If you listen carefully to Riley as a child, you might just recognize her voice, her laugh, and the rest of her “speech”. Sound familiar?

    Both Boo, and Riley make the same noises and laugh exactly the same way.

    How do you explain this Jon? It breaks your theory just a bit.

    • Well, for one thing, they have completely different names. Boo’s name is Mary, as shown by her name being visible on the top of the drawing she makes for Sulley. Not only that, but they look nothing alike. We SEE Riley as a baby and a toddler, and she always has dark blonde hair. Boo always has dark hair. Not even their eye colors match up. Boo has brown eyes, and Riley has blue eyes in ever scene we see of her growing up. So, no, they aren’t similar at all.

    • Maybe Pixar decided, ‘this movie is incredibly difficult, and we’ve been making awesome movies since the 90’s, let’s take a shortcut just this once and recycle some audio from Boo.’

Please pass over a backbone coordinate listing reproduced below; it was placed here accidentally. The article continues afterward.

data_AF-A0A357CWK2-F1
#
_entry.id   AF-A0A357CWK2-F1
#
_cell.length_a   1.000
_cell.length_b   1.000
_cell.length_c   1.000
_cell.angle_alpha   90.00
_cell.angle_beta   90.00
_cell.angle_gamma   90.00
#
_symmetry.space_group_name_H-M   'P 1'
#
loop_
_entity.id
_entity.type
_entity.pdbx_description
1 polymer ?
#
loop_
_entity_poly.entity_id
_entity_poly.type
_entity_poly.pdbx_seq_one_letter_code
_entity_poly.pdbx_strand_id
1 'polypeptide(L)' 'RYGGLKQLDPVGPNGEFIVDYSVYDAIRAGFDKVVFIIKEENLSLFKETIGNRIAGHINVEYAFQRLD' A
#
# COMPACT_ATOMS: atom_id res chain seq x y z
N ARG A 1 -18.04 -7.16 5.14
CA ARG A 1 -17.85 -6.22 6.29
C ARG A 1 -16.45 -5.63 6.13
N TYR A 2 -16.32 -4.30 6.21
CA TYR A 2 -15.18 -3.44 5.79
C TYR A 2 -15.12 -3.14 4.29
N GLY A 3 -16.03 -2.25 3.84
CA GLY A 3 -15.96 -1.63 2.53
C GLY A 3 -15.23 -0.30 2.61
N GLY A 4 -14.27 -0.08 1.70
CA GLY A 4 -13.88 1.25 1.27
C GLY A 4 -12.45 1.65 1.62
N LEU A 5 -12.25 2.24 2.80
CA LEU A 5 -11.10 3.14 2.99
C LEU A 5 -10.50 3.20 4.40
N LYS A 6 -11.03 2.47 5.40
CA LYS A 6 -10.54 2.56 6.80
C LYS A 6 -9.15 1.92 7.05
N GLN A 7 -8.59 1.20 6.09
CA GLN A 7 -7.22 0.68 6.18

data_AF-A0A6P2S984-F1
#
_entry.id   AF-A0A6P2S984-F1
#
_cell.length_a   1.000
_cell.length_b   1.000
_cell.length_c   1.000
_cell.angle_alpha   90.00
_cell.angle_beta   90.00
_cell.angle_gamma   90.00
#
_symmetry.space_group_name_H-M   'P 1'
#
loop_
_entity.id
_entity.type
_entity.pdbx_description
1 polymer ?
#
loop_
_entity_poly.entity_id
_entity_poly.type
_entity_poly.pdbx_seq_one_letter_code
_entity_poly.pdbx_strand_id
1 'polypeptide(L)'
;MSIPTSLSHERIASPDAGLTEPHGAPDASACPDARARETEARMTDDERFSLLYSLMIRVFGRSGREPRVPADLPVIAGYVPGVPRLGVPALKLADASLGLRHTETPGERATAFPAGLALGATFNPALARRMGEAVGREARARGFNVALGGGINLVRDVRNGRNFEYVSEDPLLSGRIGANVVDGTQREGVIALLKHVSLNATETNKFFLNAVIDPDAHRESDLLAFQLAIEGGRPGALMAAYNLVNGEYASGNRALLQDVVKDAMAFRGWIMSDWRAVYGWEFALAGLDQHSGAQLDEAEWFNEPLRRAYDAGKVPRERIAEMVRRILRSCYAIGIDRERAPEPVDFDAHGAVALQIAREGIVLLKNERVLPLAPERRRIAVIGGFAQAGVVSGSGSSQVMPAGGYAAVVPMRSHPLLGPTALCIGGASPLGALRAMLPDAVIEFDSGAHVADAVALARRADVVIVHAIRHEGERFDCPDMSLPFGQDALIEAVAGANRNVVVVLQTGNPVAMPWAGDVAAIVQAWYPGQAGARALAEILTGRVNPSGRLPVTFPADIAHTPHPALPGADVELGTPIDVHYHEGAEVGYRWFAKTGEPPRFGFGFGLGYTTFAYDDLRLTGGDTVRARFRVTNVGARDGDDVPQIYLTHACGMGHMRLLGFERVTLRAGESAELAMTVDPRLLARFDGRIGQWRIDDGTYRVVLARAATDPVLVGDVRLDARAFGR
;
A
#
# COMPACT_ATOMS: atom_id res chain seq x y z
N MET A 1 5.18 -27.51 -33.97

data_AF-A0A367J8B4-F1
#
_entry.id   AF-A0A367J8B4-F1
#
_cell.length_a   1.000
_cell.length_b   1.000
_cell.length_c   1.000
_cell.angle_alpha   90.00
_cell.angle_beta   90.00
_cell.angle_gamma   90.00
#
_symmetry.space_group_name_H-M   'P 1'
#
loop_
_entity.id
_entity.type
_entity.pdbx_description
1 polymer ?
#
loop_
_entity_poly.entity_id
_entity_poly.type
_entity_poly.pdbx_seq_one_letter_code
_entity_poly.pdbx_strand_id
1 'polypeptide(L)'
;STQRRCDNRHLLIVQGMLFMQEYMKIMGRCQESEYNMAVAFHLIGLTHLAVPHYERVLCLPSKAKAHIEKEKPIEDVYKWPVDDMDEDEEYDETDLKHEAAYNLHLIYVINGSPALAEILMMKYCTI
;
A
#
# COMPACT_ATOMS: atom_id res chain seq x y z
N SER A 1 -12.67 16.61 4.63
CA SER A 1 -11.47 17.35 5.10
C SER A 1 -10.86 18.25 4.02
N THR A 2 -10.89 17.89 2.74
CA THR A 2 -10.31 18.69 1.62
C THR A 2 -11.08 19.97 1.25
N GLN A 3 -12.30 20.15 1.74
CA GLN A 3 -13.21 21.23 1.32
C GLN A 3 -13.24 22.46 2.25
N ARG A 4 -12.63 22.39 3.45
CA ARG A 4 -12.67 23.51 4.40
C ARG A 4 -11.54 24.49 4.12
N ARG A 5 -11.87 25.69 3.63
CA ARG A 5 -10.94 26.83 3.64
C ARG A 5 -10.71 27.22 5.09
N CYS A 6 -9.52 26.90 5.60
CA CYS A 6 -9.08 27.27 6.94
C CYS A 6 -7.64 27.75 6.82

• They recycled the audio clips from Boo to Riley.

    • That’s true, the speech does sound the same, but that’s because Baby Riley and Boo are voiced by the same person. Pixar recycled other words from Boo’s voice actress, Mary Gibbs, who was still a baby when Monsters Inc. was in production. They simply recorded whatever she said and used it for the movie, (because honestly, how hard is it to get a baby to say what you want?) and didn’t use what they didn’t need of her voice. They figured it fit in with Riley’s personality, so they used Boo’s voice for Riley, which explains how they sound alike.

    • Boo has brown hair Riley has blonde

  2. Why do Riley’s parents have different hair color than Riley?

    • The Mum maybe dyed her hair or the dad was blonde when he was younger. Also you can carry down genes, like your parents may both have brown hair but you could be ginger because of past relatives